Hughes, S.S. and Millard, A.R. and Lucy, S.J. and Chenery, C.A. and Evans, J. and Nowell, G. and Pearson, D.G. (2014) 'Anglo-Saxon origins investigated by isotopic analysis of burials from Berinsfield, Oxfordshire, UK.', Journal of archaeological science., 42 . pp. 81-92.
The early fifth century transition from Roman Britain to Anglo-Saxon England is a poorly understood period in British history. Historical narratives describe a brutal conquest by Anglo-Saxon invaders with nearly complete replacement of the indigenous population, but aspects of the archaeological record contradict this interpretation leading to competing hypotheses. Rather than replacement, a smaller group of Germanic immigrants may have settled in England as part of the social, religious, and political turmoil happening in western Europe at this time (Dark, 2000; Henig, 2002; Higham, 1992) or rapid acculturation with little contribution from Germanic immigrants may have occurred in the vacuum of Roman abandonment. As the number of Anglo-Saxon immigrants arriving in Britain is one of the focal issues of this debate, strontium and oxygen isotopic ratios, with their ability to identify immigrants in a burial population, offer a technique to test competing hypotheses. We employ oxygen and strontium isotope ratios in tooth enamel to identify the number of continental immigrants in a sample of 19 individuals from the early Anglo-Saxon cemetery at Wally Corner, Berinsfield in the Upper Thames Valley, Oxfordshire, UK. Local variation in bio-available strontium isotope ratios is established using faunal remains from the site and by sampling soils on geological formations within 8 km of the site. The oxygen isotope results show a homogeneous sample that is slightly enriched when calibrated to local meteoric water. One individual with a significantly depleted value may be a continental immigrant. Three others are strontium outliers. With only 5.3% of the sample originating from Europe, the isotopic data support the hypothesis of acculturation. In addition, the isotopic data shows no temporal patterning, although females show a statistically significant enrichment in the oxygen isotope ratio.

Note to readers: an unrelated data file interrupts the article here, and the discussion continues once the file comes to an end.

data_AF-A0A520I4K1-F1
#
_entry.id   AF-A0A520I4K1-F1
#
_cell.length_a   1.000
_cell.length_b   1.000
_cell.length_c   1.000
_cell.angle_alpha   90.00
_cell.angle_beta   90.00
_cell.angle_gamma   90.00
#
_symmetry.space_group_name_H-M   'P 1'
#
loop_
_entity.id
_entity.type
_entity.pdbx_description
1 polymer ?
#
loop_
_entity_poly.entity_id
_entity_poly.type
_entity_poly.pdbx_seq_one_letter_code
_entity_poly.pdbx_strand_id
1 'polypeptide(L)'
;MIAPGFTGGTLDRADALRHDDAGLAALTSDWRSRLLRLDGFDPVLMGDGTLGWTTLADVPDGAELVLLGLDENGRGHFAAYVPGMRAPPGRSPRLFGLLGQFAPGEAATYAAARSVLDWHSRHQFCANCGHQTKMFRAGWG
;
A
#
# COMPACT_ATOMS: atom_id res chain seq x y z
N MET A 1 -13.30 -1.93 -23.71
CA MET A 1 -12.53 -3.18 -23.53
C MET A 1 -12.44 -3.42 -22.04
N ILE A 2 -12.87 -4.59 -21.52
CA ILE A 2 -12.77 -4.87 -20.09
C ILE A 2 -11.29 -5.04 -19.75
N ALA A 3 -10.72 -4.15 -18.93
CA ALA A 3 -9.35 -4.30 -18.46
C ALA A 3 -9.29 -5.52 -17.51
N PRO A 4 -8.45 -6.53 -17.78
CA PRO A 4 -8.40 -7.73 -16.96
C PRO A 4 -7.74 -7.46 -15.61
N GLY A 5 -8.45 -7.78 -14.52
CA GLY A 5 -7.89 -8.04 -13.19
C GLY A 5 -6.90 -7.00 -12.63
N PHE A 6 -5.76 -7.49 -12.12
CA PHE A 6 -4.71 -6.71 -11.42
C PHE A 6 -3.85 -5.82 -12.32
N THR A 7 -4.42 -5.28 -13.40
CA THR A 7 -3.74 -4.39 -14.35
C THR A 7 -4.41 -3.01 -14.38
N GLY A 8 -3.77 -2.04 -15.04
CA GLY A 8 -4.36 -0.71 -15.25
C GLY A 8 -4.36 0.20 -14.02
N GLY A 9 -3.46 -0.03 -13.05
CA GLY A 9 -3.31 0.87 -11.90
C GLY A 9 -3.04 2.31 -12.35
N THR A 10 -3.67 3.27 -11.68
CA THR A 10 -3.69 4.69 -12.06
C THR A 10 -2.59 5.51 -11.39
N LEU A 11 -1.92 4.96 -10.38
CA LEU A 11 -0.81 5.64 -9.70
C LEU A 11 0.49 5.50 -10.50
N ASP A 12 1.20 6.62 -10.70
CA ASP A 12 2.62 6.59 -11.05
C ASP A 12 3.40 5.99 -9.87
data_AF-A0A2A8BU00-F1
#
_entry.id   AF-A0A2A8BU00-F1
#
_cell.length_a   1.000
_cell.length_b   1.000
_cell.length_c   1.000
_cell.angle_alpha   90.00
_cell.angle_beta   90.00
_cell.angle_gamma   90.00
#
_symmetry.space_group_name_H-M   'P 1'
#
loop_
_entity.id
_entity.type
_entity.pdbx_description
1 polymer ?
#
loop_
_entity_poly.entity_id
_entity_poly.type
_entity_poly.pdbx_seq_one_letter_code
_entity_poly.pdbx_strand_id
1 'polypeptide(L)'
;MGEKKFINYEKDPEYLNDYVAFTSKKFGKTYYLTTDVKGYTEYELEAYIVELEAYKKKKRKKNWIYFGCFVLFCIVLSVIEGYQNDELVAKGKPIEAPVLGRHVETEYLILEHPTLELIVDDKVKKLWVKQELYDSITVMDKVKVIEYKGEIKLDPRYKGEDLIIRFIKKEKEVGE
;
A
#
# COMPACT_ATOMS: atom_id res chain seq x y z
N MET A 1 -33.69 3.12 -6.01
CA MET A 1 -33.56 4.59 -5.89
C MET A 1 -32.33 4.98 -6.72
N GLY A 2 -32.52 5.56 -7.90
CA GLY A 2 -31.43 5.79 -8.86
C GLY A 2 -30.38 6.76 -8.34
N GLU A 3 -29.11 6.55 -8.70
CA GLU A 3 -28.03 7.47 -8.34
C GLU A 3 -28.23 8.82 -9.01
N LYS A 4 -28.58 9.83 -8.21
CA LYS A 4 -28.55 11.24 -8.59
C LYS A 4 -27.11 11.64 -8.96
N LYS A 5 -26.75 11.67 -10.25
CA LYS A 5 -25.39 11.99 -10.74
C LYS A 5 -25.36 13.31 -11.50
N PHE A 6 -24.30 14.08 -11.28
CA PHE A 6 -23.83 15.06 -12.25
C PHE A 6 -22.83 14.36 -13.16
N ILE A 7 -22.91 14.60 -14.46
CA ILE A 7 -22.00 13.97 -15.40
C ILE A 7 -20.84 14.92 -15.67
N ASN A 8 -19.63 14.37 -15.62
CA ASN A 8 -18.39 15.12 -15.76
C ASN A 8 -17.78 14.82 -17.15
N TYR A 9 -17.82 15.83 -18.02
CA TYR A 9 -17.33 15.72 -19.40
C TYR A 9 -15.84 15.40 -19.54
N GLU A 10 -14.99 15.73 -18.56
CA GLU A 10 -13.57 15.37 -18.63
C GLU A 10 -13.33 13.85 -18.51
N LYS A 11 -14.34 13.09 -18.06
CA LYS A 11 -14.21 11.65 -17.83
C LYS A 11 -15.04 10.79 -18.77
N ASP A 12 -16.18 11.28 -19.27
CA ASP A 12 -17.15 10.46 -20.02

|Keywords:||Oxygen isotopes, Strontium isotopes, Bio-available strontium, Acculturation hypothesis, Anglo-Saxon invasion.|
|Full text:||Full text not available from this repository.|
|Publisher Web site:||https://doi.org/10.1016/j.jas.2013.10.025|
|Date accepted:||22 October 2013|
|Date deposited:||No date available|
|Date of first online publication:||06 November 2013|
|Date first made open access:||No date available|
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